The Garmin Edge 800 Cycle Computer is the end-all GPS solution for your biking needs. If biking is a hobby that takes up a large portion of your life, both in time and finances, then an investment in a good GPS system may keep you from getting lost. Whether you are biking in a large urban sprawl, your local city park, or deep within the woods and wilderness, this cycle computer can help you find your way.
Such an advanced device is not without its faults, though. Some users have complained that many of the features on the Edge 800 came half-baked and defective. Others complain that the many meters inside of the device get thrown off randomly, leaving a biker’s calculations and gathered data completely inaccurate. Whether this is simply the result of bad units or a true defect is still yet to be determined.
Garmin is fast becoming a market leader in GPS devices and heart rate monitors. It may come as no surprise that many of their products are geared towards athletes, mountaineers, and other people who like to brave the elements. As part of their heritage of precision instruments made for rough usage, this cycle computer is a unit marketed more towards the cyclist.
This unit offers a significant improvement over the 705 and offers more features than the compact, race-oriented Edge 500. The Garmin Edge 800, however, includes a larger screen than either unit, and offers the ergonomic advantage of having a touch screen as well. It also takes the sleeker look of the 500 to a whole new level, offering durability to go along with a nice design.
The touch screen is not some flimsy add-on you would normally see shoehorned onto a device of this class; it is large enough for most people to see easily, and is responsive to boot. People who like to wear gloves when they bike will also be glad to know that the touch screen on the 800 is responsive to gloved hands.
This computer is also designed to be a completely different unit than the 500. While the 500 is designed primarily for racing cyclists, the 800 and its included GPS functionality make it more suitable for training and stat gathering as well as trail riding. That said, it can be used for competitions just as well as the Edge 500 can.
There are many features that set this model apart from Garmin’s other athletic computers, as well as offerings from other manufacturers. Many of these features are geared towards both the competition cyclist, as well as the hobbyist who only cycles on certain days. Different users may find different applications for each of these features.
- Users may notice the large, sensitive touch screen at first. Designed to be as responsive as it is durable, this rugged touch screen allows for responsive use with even gloved hands. People who become exhausted after long periods of cycling may also find that the screen can withstand the abuse that weary and flailing hands can do.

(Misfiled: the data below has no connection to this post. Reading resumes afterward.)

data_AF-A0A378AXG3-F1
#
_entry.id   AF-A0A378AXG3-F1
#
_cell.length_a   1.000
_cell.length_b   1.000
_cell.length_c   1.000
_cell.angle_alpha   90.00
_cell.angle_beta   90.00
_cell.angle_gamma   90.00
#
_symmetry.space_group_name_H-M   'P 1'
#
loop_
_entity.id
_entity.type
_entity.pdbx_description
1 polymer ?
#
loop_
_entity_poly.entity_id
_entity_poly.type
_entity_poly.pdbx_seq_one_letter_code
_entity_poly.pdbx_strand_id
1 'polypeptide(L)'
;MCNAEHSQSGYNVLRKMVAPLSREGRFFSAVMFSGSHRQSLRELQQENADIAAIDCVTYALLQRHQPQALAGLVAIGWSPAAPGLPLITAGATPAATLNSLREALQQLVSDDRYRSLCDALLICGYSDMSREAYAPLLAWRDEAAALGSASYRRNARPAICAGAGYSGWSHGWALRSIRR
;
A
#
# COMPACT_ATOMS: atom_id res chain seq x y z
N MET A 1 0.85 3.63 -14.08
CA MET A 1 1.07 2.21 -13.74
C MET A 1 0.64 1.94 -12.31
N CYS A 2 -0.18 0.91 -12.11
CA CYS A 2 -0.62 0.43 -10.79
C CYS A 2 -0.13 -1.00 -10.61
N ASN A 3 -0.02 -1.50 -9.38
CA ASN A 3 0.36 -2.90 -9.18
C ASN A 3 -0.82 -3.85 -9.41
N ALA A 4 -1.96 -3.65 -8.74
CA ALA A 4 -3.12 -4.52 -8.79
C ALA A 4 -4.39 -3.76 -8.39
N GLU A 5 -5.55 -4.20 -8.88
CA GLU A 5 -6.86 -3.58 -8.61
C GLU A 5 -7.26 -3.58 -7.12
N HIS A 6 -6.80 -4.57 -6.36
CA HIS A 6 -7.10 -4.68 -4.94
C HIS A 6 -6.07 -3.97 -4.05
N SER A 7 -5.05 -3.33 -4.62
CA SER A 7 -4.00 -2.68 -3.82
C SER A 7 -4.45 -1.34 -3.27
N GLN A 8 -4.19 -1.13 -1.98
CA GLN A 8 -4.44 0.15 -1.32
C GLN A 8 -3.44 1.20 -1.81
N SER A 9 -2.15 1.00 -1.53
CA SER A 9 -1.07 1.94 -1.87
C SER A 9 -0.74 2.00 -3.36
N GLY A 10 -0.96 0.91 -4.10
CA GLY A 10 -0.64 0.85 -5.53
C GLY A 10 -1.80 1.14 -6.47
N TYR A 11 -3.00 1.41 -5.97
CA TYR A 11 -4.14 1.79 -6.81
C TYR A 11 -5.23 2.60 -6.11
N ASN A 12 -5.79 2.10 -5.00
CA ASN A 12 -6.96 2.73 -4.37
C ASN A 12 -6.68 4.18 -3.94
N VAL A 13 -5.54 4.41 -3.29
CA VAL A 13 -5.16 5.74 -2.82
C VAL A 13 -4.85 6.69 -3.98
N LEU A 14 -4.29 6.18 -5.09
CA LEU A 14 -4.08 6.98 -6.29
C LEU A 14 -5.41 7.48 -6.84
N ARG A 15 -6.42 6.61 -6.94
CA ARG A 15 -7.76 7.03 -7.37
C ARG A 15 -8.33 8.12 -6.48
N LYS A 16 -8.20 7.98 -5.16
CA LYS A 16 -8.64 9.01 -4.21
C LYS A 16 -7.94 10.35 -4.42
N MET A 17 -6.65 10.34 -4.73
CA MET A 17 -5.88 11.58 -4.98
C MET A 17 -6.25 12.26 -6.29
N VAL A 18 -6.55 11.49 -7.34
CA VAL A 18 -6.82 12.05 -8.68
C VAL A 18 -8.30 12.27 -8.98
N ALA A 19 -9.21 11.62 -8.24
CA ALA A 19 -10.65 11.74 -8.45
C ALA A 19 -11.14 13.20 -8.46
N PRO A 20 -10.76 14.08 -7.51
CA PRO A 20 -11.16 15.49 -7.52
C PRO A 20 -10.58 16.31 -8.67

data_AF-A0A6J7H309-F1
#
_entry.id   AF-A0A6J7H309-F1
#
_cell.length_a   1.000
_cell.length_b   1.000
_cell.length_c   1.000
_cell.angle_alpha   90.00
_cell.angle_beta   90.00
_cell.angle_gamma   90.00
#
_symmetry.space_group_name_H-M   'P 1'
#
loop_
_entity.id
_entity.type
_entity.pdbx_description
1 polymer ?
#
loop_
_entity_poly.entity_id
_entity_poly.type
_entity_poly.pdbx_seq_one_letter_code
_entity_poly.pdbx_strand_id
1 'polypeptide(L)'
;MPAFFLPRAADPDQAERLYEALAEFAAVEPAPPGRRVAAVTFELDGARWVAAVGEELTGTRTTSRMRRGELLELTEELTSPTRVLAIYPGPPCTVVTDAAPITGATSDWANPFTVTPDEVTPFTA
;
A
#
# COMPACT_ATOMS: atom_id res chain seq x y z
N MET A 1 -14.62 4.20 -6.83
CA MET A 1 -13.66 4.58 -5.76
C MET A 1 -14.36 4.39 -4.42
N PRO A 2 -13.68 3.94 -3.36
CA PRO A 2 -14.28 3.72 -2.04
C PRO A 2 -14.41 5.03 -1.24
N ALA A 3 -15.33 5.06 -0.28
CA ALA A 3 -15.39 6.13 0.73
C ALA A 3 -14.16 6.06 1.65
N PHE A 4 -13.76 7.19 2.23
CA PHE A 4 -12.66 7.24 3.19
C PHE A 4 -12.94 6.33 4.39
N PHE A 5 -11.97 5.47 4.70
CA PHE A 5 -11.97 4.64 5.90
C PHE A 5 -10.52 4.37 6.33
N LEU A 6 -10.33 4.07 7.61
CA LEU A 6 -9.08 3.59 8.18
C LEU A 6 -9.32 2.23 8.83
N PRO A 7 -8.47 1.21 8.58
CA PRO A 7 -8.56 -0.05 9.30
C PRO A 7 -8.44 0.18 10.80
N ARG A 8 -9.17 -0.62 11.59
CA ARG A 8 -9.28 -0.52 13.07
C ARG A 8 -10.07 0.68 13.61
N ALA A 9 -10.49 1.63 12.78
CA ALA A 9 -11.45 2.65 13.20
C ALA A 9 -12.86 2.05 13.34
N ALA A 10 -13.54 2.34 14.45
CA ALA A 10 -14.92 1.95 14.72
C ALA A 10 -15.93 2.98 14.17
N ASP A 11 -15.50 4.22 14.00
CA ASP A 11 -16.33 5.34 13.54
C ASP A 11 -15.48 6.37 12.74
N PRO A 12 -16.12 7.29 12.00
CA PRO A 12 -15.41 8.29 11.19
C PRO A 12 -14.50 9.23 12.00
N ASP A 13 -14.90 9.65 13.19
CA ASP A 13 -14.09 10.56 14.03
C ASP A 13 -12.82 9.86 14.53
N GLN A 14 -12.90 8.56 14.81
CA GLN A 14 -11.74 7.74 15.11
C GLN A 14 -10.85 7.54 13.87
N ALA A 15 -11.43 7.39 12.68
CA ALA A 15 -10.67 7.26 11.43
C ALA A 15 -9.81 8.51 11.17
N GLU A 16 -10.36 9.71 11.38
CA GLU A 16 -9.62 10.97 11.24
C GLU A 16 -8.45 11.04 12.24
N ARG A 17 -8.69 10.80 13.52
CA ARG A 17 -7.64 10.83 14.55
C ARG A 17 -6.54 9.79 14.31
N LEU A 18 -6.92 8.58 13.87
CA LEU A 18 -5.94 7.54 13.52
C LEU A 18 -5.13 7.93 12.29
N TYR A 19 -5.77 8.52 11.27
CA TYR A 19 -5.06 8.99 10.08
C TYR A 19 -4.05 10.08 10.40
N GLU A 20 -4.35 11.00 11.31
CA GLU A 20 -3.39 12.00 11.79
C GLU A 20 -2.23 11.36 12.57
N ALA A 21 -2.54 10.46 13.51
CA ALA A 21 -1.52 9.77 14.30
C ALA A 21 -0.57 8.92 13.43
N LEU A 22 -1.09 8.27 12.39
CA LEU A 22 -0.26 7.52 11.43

- Many may also think that the sleek looks of this cycle computer are just for show as well. While the design is indeed sleek, the developers have also taken into account the aerodynamic implications that a device like a cycle computer has when attached to a bike. It has thus been designed in order to maximize a cyclist’s aerodynamic performance.
- The fully-featured GPS system that is the hallmark of Garmin products is also present. Customizable routes, area-based activities and more GPS functions are built right into this flexible cycle computer.
- Garmin has also been overtaking many other competitors in terms of digital functions; data management, training tools and even compatibility with microSD cards make this one of the most advanced cycle computers available today.
Downsides and Common Issues
As a digital device, the Edge 800 cycle computer may have some shortcomings which are limited by both hardware and software. Some people have complained that the device had been victim to faulty programming from the get-go, leading to lemons and duds ending up in the hands of paying customers.
These customers have complained that the device will often gather corrupt data which cannot be used with Garmin Connect, a social networking platform geared towards athletes and outdoorsmen. Data reverting to zero values is also a problem many others have experienced, but these software problems are more or less remedied with a quick firmware update.
Others have noted that the manuals and pamphlets included are next to useless. Lacking any informative information and instruction, these manuals are often thought to be something to fluff up the overall packaging rather than be of use to buyers and customers.
Should you be lucky enough to get a hold of a working unit, this computer will prove to be a very useful training and competition tool for the working cyclist. With a complete feature set, compact design and intuitive touch screen, the this GPS cycle computer can complete any cyclist’s arsenal of training tools.